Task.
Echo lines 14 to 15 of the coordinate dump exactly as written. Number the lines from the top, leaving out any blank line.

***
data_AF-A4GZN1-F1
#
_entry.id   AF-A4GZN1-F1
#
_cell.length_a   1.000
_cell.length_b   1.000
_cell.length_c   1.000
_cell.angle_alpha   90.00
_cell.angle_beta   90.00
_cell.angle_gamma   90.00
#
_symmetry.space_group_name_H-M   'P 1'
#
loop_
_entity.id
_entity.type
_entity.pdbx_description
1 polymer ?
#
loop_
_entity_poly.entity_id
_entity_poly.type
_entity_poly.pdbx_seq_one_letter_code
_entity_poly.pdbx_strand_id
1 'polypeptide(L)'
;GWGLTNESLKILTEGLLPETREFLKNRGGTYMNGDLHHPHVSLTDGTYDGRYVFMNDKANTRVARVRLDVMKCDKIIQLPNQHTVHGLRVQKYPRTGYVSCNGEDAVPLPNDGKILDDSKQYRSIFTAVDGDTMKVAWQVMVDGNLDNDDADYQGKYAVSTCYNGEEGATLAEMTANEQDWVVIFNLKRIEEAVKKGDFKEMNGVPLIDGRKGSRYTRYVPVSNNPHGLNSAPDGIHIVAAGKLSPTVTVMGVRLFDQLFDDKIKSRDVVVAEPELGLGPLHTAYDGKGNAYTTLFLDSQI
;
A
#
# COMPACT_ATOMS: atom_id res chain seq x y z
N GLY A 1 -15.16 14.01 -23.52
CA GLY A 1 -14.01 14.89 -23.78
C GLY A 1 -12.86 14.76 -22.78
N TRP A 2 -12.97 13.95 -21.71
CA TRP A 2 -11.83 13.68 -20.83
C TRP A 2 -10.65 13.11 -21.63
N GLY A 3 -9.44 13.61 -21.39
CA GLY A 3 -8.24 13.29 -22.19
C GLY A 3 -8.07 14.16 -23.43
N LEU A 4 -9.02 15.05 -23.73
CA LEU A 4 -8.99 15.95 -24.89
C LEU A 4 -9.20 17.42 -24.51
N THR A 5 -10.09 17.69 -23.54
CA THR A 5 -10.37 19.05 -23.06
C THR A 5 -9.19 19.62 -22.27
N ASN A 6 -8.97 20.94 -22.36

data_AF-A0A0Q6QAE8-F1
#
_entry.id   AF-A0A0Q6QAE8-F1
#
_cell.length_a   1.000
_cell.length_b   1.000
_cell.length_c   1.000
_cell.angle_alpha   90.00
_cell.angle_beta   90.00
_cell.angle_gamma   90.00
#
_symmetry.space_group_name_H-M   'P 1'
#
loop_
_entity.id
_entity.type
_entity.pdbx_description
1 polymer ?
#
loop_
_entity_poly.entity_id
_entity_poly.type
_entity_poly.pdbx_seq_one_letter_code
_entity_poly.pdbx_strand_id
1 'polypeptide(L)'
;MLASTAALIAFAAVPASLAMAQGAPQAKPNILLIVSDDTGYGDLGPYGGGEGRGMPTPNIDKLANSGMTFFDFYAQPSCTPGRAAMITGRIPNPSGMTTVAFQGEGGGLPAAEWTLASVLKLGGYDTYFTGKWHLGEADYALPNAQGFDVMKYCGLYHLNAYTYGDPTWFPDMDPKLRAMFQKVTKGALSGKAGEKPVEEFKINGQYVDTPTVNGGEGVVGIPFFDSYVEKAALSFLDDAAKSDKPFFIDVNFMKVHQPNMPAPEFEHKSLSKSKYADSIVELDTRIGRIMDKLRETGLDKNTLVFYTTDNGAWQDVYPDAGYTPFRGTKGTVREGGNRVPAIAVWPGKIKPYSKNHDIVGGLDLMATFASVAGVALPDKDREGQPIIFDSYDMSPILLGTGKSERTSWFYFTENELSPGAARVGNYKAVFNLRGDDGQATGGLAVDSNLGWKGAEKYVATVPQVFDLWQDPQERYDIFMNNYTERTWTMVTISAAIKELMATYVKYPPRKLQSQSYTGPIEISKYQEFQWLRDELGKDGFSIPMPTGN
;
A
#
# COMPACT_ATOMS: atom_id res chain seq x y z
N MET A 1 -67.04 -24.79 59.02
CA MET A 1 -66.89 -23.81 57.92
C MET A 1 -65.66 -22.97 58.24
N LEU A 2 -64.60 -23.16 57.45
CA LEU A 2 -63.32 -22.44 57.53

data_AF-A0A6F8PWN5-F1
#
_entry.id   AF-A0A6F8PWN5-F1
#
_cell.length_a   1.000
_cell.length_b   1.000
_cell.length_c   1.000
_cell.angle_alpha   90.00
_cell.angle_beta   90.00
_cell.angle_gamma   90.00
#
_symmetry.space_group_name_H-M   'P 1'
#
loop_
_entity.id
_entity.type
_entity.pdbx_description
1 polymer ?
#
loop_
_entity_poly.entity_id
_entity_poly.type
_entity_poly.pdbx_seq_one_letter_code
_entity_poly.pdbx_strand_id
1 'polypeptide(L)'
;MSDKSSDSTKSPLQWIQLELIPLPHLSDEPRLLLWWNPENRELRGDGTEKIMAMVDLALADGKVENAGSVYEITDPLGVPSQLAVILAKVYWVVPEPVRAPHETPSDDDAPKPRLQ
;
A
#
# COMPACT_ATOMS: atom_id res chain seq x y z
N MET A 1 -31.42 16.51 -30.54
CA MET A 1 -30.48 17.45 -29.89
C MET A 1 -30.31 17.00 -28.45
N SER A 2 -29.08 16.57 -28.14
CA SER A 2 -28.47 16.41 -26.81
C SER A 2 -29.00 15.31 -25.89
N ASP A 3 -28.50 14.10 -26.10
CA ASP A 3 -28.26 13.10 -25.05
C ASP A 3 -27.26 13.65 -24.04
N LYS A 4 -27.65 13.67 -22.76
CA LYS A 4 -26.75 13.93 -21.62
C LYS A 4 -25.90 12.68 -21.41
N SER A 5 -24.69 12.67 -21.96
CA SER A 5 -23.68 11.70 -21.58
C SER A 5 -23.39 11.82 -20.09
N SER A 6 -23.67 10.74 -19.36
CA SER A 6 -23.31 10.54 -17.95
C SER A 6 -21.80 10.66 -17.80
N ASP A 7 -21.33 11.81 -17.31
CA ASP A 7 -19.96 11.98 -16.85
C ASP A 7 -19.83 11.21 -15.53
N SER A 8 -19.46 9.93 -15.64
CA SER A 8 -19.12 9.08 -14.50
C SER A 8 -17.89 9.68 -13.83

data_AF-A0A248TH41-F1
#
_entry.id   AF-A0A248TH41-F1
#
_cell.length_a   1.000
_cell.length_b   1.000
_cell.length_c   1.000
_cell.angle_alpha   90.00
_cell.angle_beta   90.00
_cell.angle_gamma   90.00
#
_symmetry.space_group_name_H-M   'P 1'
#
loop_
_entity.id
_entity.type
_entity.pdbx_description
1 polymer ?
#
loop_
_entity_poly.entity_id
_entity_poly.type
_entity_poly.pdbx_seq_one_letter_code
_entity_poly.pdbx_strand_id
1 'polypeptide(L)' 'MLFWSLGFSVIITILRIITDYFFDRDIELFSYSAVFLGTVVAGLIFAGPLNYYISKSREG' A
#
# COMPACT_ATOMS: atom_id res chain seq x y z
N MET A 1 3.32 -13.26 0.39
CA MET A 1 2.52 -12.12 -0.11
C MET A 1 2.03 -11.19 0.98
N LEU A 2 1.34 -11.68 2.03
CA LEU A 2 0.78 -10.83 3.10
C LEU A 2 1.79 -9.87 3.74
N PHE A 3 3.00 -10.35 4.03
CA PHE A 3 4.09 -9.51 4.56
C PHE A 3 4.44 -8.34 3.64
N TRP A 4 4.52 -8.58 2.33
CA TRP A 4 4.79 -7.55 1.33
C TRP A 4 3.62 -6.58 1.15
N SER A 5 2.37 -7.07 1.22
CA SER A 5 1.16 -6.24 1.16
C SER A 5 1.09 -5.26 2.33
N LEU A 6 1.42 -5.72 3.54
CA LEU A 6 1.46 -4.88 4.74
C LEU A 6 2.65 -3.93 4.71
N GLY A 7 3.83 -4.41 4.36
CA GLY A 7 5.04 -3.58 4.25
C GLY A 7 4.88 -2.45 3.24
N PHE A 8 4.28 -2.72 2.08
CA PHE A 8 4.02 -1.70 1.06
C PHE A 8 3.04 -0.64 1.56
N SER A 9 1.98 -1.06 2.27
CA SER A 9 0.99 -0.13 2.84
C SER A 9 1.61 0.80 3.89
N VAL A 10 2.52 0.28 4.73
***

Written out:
loop_
_entity.id